Sheffield, United Kingdom
Sheffield, United Kingdom

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Kristoffersen A.-H.,University of Bergen | Thue G.,University of Bergen | Ajzner E.,Josa Andras Teaching Hospital | Claes N.,Hasselt University | And 15 more authors.
Thrombosis Research | Year: 2012

Introduction: Standardisation of treatment with vitamin K antagonists (VKAs) is still an issue after 60 years of use. The study aimed to explore aspects of VKA monitoring in primary and secondary care. Methods: Two case histories were distributed to physicians in 13 countries. Case history A focused on a patient with atrial fibrillation on stable anticoagulation (latest INR 2.3). Physicians were asked about frequency of INR measurement, when to change the VKA dose, and the patient's annual risk of ischemic stroke and bleeding. Case history B focused on a patient with an unexpected INR of 4.8, asking for the patient's 48-hour bleeding risk, the immediate dose reduction and time until a repeat INR. Results: Altogether, 3016 physicians responded (response rate 8 - 38%), of which 82% were from primary care and 18% from secondary care. Answers varied substantially within and between countries regardless of level of care and VKA used. Median number of weeks between INR measurements was 4 - 6 weeks. Median threshold INR for increasing or decreasing the VKA dose was 1.9 and 3.1, respectively. Risk of ischemic stroke and bleeding were overestimated 2 - 3 times. In case history B, the median dose reduction the two first days was 75% for GPs and 55% for specialists, irrespective of estimates of bleeding risk; with one week to a repeat INR. Conclusion: Variation in VKA monitoring is substantial implying clinical consequences. Guidelines seem either unknown or may be considered impracticable. Further efforts towards standardisation of VKA management are needed. © 2012 Elsevier Ltd.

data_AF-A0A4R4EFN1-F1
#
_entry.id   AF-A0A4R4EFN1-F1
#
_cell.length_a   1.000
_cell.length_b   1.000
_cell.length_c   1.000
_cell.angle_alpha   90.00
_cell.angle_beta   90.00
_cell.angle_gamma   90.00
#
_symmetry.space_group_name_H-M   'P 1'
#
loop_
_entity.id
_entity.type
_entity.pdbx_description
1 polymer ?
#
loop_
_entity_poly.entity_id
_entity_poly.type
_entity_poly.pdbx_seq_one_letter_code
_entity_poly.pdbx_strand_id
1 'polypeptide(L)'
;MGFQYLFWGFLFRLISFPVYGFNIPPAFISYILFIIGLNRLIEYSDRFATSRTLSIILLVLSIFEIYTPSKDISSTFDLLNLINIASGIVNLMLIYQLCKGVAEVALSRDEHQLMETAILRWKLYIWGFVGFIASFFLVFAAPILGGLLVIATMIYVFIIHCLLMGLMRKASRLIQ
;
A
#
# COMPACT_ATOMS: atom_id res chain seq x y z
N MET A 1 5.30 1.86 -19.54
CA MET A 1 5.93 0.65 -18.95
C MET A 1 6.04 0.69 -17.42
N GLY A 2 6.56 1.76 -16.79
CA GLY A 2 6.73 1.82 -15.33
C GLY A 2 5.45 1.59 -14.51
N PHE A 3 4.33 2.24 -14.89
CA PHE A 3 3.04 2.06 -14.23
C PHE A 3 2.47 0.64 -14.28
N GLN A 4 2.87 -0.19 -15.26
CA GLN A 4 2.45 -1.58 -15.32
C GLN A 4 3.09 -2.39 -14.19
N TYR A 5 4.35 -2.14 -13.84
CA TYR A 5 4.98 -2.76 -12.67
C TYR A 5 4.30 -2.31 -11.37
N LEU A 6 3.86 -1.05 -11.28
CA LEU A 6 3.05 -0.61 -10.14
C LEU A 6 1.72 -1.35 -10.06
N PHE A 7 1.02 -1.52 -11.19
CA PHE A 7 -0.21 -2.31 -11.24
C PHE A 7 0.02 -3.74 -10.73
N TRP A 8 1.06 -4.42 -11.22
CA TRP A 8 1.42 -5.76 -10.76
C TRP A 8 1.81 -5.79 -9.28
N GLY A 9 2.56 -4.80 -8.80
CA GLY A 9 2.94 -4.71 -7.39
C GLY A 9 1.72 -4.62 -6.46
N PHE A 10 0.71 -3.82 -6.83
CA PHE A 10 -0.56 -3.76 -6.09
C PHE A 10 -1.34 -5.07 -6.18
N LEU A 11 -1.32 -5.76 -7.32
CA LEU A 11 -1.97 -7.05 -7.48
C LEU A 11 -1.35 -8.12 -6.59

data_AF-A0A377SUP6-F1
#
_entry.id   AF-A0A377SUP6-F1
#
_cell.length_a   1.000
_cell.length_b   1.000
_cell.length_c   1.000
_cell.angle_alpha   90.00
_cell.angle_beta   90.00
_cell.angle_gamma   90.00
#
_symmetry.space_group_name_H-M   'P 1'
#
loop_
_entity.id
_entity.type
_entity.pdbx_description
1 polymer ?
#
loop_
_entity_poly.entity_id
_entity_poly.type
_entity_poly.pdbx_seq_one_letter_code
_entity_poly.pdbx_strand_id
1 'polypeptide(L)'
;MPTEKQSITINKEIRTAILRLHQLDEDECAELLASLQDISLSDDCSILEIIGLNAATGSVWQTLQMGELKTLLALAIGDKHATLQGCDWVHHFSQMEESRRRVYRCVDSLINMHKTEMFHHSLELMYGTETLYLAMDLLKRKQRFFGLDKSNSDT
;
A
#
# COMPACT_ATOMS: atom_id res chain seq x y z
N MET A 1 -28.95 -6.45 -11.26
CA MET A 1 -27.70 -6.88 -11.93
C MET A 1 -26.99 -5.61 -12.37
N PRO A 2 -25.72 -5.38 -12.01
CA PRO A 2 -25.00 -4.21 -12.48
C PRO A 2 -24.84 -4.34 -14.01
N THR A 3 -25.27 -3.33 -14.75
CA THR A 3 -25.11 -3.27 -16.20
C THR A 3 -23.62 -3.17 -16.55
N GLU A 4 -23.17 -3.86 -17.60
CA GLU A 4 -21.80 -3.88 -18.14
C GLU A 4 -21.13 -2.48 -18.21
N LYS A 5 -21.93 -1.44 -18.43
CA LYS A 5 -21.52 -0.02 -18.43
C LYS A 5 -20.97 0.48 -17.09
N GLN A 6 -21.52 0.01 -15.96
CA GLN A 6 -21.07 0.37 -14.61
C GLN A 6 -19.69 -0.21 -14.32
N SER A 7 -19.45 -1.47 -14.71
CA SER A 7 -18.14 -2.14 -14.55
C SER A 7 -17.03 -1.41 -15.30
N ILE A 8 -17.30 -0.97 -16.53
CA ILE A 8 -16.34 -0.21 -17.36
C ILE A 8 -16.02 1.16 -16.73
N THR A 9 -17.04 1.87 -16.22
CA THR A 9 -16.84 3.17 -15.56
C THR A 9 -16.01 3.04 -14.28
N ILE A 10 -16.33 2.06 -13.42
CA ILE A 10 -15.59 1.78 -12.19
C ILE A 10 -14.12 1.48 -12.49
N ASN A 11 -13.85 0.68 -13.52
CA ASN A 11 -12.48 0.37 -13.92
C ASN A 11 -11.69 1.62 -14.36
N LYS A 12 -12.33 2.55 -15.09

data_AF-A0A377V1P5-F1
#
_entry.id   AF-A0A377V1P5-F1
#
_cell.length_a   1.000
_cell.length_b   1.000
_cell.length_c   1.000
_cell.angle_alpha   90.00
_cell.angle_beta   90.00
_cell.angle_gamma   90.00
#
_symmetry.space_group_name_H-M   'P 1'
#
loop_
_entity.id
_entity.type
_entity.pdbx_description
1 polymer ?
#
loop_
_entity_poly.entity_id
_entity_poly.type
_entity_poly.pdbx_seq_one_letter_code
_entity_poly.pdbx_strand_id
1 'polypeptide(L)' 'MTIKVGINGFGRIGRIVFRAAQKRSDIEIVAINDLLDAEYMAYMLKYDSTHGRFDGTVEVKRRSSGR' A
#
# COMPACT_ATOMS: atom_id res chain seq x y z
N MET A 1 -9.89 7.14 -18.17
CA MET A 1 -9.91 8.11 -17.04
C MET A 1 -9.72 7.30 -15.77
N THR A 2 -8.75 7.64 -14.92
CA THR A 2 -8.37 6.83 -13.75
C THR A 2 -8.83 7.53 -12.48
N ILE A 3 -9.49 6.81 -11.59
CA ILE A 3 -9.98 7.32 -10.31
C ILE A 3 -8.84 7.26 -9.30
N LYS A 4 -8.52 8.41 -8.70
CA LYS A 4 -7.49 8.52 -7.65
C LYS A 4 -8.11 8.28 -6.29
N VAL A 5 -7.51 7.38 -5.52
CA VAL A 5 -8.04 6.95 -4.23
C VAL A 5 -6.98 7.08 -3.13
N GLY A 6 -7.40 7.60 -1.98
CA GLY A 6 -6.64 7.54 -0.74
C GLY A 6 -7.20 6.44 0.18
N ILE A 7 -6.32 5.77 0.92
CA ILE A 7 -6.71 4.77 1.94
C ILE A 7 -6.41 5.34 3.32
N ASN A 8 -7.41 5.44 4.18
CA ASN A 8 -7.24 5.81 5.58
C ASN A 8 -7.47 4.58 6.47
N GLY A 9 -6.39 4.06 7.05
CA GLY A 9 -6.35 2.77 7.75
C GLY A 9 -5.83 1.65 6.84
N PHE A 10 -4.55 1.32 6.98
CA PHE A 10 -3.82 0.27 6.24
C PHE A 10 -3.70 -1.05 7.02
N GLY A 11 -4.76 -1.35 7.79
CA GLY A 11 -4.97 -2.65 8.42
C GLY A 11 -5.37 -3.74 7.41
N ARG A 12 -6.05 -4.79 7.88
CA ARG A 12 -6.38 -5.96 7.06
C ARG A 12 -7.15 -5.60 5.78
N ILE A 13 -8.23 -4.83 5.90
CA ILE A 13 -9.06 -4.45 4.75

Jennings I.,UK NEQAS Blood Coagulation | Walker I.D.,UK NEQAS Blood Coagulation | Kitchen S.,UK NEQAS Blood Coagulation | Kitchen D.,UK NEQAS Blood Coagulation | And 5 more authors.
International Journal of Laboratory Hematology | Year: 2012

Introduction: The quality of anticoagulation management is not readily or frequently assessed, particularly between different centres. This study sought to evaluate agreement in oral anticoagulant management decisions between participating centres in UK NEQAS programmes. Methods: Participants were asked to indicate whether they used computerized dosing support software (CDSS) and to complete a series of questions with respect to anticoagulant management provision. Four clinical scenarios were provided, together with past and current International Normalised Ratio (INR) results. Participants were asked to provide recommendations on the target INR they would assign to the patient, the dose of warfarin and a recall interval. Results: Seven hundred and fifty-nine centres returned results, of which 28% were enrolled in the hospital-based EQA programme, and 72% were participants in the point-of-care testing programme. Six hundred (79%) reported use of CDSS. In one straightforward scenario, there was 99% agreement in dose recommendation. However, for three more complex scenarios, differences were apparent in target INRs employed and both dose and recall recommendations. In some cases, differences related to the software system employed. Conclusion: The study emphasizes large variation in the approach to managing these scenarios and warrants further investigation, together with education including promoting national guidelines for the assignment of target ranges. © 2011 Blackwell Publishing Ltd.


Kitchen S.,UK NEQAS Blood Coagulation | Kitchen S.,Sheffield Haemophilia and Thrombosis Center | Jennings I.,UK NEQAS Blood Coagulation | Makris M.,UK NEQAS Blood Coagulation | And 4 more authors.
Haemophilia | Year: 2016